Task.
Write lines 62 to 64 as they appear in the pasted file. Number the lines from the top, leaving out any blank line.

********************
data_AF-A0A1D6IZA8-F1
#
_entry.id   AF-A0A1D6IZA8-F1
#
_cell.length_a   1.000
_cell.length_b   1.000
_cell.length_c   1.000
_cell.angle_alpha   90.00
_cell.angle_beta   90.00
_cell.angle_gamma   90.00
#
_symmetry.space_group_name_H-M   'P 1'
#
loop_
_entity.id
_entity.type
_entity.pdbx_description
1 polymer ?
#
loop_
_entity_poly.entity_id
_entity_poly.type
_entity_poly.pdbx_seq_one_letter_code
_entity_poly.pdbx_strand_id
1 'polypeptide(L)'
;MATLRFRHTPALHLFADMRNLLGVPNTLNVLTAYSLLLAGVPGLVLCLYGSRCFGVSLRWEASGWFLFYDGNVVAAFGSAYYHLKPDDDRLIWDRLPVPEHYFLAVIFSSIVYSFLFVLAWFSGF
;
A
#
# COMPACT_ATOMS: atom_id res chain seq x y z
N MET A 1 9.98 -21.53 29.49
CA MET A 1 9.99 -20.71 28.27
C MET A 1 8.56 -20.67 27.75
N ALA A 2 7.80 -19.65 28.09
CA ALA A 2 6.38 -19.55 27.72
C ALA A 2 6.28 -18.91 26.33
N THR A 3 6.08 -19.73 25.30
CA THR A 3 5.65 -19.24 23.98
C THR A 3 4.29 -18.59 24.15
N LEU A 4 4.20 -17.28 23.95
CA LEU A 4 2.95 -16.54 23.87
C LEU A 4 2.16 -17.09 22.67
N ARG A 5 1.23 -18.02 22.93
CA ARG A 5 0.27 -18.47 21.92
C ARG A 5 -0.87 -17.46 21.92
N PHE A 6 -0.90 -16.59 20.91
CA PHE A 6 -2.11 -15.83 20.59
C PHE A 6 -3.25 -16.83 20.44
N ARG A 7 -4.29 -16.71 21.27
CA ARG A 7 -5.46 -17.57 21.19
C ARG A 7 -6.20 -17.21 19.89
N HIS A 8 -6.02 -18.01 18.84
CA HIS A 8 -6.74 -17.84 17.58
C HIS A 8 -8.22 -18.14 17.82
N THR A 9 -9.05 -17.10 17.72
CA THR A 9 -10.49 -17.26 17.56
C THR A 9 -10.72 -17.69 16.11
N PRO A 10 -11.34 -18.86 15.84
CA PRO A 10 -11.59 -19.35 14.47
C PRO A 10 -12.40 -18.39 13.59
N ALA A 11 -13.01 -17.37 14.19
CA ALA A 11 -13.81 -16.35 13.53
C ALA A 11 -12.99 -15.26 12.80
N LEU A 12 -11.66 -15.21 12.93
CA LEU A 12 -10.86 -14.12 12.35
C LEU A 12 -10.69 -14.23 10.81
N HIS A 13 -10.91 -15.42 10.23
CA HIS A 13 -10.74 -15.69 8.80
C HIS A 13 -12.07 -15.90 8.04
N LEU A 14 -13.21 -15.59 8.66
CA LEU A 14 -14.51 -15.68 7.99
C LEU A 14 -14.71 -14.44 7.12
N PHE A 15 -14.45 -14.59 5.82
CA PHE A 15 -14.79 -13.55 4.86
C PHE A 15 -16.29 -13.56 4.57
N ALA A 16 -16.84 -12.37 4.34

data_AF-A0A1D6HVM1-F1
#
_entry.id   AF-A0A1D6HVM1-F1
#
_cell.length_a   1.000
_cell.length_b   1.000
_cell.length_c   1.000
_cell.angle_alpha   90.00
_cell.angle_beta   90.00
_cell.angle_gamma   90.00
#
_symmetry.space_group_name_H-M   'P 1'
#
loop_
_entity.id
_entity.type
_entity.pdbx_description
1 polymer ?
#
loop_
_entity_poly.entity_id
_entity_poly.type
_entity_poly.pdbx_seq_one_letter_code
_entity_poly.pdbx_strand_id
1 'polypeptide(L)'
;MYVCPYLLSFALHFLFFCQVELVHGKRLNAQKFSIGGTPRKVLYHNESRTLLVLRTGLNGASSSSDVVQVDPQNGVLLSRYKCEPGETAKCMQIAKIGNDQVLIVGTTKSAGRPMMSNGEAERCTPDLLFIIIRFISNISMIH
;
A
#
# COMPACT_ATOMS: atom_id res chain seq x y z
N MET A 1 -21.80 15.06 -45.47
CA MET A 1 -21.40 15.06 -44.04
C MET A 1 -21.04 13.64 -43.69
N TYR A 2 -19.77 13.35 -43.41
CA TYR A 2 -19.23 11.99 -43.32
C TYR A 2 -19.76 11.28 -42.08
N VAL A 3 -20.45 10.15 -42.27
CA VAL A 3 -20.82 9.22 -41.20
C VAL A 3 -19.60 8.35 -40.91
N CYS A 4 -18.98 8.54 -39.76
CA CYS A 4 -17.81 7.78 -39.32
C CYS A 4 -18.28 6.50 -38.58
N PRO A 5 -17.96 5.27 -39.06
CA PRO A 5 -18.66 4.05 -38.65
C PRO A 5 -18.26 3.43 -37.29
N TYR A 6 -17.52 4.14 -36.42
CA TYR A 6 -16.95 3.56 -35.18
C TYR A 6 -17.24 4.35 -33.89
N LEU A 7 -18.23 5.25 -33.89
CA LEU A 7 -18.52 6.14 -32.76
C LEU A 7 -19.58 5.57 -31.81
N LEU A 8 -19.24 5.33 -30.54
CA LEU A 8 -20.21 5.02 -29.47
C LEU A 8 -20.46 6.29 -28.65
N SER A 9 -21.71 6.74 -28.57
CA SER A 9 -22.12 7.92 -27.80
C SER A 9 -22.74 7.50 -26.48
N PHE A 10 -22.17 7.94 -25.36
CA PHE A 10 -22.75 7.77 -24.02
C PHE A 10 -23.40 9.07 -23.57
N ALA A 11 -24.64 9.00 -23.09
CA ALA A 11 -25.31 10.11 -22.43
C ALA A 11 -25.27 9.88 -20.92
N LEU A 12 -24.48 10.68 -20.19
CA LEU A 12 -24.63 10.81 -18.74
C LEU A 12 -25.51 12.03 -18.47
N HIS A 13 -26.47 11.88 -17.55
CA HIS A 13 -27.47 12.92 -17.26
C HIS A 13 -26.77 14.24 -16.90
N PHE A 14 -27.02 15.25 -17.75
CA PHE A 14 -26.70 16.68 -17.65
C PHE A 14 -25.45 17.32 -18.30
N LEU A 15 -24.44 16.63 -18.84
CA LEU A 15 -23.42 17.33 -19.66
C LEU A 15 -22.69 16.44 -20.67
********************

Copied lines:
CA ALA A 11 -13.81 -16.35 13.53
C ALA A 11 -12.99 -15.26 12.80
N LEU A 12 -11.66 -15.21 12.93